In a shared neutral one wire (regardless of length) carries the entire load of multiple circuits, as in the original post.

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The fact that you cannot effectively isolate those neutrals individually is a termination problem as indicated in the article I linked.

I understand that the load in the single conductor can be greater than its intended to handle. However, all "shared neutral" language in code that I'm aware of is with regard to multi wired circuits.

If you can show me otherwise, please do.

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The neutrals in the OP do not terminate at the wire nuts. They terminate through the short single conductor that is attached to the neutral buss.

I disagree. Any connection involving more than two conductors is a termination. A connection involving only two conductors isn't a termination because the current flowing in each are identical to each other.

The connection between the common neutral and the various individual neutrals is a termination. The connection of the common neutral to the bus-bar is also a termination.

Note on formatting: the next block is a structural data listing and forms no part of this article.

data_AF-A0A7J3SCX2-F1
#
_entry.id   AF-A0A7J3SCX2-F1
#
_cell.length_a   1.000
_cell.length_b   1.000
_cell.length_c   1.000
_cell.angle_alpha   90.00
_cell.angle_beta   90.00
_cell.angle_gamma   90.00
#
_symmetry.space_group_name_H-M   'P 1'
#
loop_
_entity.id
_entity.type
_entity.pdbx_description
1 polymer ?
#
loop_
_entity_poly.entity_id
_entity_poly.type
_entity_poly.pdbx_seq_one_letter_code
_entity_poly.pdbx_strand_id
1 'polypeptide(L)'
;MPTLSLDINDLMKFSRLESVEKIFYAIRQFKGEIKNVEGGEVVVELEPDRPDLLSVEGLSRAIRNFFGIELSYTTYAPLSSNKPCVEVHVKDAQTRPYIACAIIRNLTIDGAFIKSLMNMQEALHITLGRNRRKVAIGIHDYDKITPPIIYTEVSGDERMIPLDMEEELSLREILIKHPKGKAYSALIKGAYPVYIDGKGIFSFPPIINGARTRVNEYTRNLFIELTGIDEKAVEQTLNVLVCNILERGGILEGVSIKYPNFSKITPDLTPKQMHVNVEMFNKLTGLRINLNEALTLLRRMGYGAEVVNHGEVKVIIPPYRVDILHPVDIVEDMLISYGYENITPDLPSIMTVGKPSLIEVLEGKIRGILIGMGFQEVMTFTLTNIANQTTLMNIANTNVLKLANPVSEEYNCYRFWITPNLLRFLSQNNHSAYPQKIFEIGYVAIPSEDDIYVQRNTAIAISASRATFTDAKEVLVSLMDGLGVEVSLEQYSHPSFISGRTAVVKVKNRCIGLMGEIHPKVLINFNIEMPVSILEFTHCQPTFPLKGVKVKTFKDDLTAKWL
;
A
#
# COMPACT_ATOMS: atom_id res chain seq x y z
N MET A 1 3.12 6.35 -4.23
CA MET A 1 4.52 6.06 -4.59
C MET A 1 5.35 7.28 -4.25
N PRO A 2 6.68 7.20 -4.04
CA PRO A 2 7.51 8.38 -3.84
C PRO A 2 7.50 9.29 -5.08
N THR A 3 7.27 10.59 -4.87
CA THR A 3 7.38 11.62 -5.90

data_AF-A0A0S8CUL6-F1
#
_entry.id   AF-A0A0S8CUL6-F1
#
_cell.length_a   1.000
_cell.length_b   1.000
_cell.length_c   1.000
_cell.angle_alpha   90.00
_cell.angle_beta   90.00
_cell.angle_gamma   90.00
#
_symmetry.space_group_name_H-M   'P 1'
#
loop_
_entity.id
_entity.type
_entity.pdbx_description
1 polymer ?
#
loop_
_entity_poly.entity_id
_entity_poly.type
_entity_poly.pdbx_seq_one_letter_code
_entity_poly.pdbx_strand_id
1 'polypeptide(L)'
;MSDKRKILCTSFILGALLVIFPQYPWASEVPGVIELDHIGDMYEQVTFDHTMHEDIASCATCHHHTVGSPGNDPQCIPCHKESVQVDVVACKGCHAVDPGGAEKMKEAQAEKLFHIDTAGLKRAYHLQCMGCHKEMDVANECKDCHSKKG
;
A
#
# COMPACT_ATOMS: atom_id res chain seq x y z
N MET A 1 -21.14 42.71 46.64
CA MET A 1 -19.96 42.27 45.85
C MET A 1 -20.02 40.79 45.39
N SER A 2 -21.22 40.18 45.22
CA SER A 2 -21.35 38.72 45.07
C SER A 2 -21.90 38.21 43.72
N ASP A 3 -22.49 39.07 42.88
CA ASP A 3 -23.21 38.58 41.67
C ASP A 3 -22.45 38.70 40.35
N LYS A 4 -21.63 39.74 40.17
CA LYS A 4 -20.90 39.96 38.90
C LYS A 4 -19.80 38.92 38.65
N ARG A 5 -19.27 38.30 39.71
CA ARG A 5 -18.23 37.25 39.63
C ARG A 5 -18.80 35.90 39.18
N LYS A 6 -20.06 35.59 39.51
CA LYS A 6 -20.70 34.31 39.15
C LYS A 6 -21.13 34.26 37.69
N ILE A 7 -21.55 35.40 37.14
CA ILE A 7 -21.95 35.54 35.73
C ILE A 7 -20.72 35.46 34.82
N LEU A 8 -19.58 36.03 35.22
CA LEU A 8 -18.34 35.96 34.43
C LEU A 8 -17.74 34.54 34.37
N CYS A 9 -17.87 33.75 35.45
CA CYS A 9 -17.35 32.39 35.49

Marc

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Douglas Hansen already gave you the code cite. Note that it is not the same as the one presented in the article you referenced. The reason being that they are dealing with two separate issues.

In your article it specifically draws attention to the problem created when you try to isolate circuits sharing a common connection while under load.

This problem occurs only when you try to 'service' individual circuits.

While this problem also exists for multiple neutrals that are wire nutted together the problem originally discussed dealt solely with the current carrying capacity of a shared neutral.

This problem occurs when the circuits are in normal operation (under a load).

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The neutrals in the OP do not terminate at the wire nuts. They terminate through the short single conductor that is attached to the neutral buss.

I disagree. Any connection involving more than two conductors is a termination. A connection involving only two conductors isn't a termination because the current flowing in each are identical to each other.

Marc

Why am I not surprised?

How 'bout I say "...the circuits are not terminated at the wire nut."

I think everybody else got that. We all know that the panel board provides a screw termination for every individual wire it is designed to handle.

John's premise is that the article he referenced addresses the problem in the original post. However it addresses only the service aspect of conjoined neutrals and not the operational safety problem imposed by a shared neutral.